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Yamil Piedra brings interactive comedy to the Fillmore

Yamil Piedra is something of a comedic giant, in the sense that he’s really funny and really, really tall.  The Miami actor and comedian and one-half of the now defunct comedy duo A Pair of Nuts, continues on his mission of making comedy a full-contact sport this Saturday with his new interactive comedy spectacle, The Pretty Rock Project. The show integrates stand-up, sketch comedy, social media, video and a lot of audience interaction. “The audience doesn’t get to just sit there,” he assures.

Piedra spent the last decade partnered up with friend Johnny Trabanco, whom he met as a student at Florida International University, performing as A Pair of Nuts.  The duo, which performed at the South Beach Comedy Festival in 2012 and won an Emmy for their Spanish language sketch comedy show El Vacilon, separated last year. Piedra says it was just time to part. “We had been doing it for nine years and we decided to end it on a high note. We just decided to call it quits but just because the Nuts ended I didn’t want to stop performing. I’ve been performing for 16 years.”  Aside from his comedy gigs, Piedra still lands roles that force him to wipe the smile off his face. He will be featured on USA Network’s Graceland on July 18 playing a DEA agent.

Piedra’s new show shares the rhythm of a Nuts show, jumping between video and sketches then audience participation. “I have this one character named Lance Thunderstorm who is like a Criss Angel-style illusionist, but his tricks never work. What I do is choose an audience member to be a part of the trick. It all just goes wrong.”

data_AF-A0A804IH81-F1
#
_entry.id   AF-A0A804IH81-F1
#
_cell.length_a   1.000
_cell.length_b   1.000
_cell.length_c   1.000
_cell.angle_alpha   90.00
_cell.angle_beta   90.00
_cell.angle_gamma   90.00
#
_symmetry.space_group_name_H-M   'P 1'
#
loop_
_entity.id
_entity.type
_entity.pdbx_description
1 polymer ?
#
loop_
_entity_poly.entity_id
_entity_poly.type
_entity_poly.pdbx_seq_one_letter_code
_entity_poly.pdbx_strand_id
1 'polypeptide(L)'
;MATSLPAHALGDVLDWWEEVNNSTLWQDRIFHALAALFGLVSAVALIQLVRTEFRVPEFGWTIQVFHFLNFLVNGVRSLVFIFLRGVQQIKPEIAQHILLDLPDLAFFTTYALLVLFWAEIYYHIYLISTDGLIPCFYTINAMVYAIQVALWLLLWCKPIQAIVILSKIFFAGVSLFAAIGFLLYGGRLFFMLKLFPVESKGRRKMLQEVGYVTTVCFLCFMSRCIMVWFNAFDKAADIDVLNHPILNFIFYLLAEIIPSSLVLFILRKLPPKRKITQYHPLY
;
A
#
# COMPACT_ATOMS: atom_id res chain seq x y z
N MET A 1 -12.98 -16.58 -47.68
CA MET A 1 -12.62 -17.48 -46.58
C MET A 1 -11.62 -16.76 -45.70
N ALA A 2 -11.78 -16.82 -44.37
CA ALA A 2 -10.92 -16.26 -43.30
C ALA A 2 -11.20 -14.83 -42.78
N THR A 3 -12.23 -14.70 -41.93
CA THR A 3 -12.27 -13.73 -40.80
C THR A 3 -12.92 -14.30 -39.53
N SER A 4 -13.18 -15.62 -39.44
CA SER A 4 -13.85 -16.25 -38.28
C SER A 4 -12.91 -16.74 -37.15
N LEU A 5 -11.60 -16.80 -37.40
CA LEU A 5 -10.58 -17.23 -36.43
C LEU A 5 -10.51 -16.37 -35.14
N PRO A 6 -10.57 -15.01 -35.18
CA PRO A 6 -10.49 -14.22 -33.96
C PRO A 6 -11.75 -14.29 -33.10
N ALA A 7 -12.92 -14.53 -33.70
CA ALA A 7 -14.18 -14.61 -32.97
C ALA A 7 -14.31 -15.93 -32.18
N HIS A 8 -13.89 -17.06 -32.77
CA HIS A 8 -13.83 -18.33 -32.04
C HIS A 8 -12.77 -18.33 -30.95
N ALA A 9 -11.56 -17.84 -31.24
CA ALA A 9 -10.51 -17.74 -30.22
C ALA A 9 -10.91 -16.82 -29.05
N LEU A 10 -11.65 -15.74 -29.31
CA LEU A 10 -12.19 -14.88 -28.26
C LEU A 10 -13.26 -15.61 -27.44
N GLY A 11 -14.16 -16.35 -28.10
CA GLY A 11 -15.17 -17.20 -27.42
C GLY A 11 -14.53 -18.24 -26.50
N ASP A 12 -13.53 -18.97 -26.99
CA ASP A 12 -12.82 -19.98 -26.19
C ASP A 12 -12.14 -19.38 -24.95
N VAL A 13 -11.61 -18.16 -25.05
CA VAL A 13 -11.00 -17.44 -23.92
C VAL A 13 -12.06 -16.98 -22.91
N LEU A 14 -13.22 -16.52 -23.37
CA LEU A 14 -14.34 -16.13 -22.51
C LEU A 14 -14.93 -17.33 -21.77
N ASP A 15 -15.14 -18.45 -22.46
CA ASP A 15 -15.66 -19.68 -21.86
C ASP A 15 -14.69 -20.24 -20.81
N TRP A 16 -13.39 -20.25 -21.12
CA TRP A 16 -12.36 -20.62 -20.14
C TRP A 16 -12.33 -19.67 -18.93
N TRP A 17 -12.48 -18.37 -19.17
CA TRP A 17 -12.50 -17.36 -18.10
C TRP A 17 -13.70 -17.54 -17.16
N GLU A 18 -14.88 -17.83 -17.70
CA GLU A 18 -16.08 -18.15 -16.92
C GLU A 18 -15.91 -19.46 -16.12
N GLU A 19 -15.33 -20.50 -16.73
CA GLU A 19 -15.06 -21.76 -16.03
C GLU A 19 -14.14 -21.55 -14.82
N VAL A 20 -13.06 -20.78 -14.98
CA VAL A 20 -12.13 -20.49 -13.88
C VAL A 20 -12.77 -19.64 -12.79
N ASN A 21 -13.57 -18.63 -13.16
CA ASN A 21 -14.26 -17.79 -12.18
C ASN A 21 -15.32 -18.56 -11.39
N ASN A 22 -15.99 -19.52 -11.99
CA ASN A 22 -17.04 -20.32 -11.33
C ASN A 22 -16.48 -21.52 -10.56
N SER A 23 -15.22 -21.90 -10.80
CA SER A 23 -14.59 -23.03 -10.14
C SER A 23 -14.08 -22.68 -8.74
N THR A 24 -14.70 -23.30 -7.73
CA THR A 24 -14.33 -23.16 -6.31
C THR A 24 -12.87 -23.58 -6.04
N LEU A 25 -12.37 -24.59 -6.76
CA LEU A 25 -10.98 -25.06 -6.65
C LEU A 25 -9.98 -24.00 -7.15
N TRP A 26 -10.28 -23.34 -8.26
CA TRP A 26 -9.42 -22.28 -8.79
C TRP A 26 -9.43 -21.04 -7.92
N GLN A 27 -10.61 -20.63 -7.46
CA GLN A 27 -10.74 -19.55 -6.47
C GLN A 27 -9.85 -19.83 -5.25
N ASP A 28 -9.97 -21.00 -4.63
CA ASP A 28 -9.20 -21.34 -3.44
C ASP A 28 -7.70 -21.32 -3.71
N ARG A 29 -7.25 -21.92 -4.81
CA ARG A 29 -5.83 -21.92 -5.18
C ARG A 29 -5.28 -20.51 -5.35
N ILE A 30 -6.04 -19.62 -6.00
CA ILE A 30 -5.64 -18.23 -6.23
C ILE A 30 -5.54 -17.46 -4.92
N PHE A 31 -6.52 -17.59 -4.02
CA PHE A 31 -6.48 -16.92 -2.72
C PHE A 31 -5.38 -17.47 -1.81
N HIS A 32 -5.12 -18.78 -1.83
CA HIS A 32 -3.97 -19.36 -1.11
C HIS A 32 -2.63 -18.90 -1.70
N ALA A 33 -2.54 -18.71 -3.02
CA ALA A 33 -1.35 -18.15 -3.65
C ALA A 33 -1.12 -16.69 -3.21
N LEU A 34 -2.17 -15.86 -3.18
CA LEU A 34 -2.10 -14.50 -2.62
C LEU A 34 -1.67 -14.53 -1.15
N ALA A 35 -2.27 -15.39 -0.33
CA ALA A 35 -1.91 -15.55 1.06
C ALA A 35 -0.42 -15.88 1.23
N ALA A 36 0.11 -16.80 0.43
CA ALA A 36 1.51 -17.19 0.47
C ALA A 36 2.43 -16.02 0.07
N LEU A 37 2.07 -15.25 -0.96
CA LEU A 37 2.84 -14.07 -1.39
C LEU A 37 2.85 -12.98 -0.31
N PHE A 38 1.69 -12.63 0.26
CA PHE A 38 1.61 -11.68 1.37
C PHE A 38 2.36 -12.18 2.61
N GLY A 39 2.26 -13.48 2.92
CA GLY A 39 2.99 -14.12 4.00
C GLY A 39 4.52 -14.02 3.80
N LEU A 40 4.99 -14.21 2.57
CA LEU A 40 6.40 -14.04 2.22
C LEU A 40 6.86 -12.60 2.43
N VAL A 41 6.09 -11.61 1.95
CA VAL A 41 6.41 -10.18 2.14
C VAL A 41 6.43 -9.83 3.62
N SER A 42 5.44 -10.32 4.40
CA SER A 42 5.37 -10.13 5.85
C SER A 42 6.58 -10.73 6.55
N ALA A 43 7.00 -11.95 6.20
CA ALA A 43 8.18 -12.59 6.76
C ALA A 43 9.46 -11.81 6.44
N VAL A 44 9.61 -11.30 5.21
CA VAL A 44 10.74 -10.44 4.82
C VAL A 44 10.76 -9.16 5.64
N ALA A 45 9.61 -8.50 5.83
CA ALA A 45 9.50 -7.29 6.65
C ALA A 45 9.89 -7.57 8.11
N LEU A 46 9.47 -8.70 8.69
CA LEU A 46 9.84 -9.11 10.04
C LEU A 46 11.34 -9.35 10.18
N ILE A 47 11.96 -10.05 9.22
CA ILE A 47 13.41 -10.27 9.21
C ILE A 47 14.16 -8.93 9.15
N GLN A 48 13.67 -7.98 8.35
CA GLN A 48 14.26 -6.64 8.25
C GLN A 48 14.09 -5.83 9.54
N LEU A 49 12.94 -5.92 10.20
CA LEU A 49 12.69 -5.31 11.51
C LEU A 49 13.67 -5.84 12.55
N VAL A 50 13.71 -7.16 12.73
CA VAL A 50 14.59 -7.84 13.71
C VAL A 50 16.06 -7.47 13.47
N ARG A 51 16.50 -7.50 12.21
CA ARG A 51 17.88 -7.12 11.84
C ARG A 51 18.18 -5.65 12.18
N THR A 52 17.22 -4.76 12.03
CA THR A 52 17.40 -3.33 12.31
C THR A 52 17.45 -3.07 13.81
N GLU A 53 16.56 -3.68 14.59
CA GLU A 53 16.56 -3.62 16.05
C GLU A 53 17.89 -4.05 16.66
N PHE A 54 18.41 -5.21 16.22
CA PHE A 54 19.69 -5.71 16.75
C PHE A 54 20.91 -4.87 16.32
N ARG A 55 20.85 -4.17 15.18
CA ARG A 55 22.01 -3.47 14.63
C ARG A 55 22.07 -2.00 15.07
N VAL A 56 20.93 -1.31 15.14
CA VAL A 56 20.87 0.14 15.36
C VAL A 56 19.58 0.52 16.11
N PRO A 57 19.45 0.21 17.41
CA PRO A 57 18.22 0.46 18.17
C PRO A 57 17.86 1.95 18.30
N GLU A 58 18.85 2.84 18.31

No one in the audience can escape. Piedra warns, “If you hide there is more of a chance that you will be chosen. If you are pointing at someone, there’s a chance I will pick the one that’s doing the pointing.” Piedra uses his iPad, hunts down audience members who shout him out on Twitter (@ypiedra), throws out hashtags for audience members to tweet, all the while changing in and out of costume for sketches between video clips. The show, he promises, is a completely interactive experience. “It’s all about having a good time.”

Just make sure you don’t set your watch for Miami time. “I am used to my audiences being late. But sometimes I just say, ‘You paid full price to watch half a show?’”

Then again, showing up late will almost ensure you get called onstage, if that is what you want.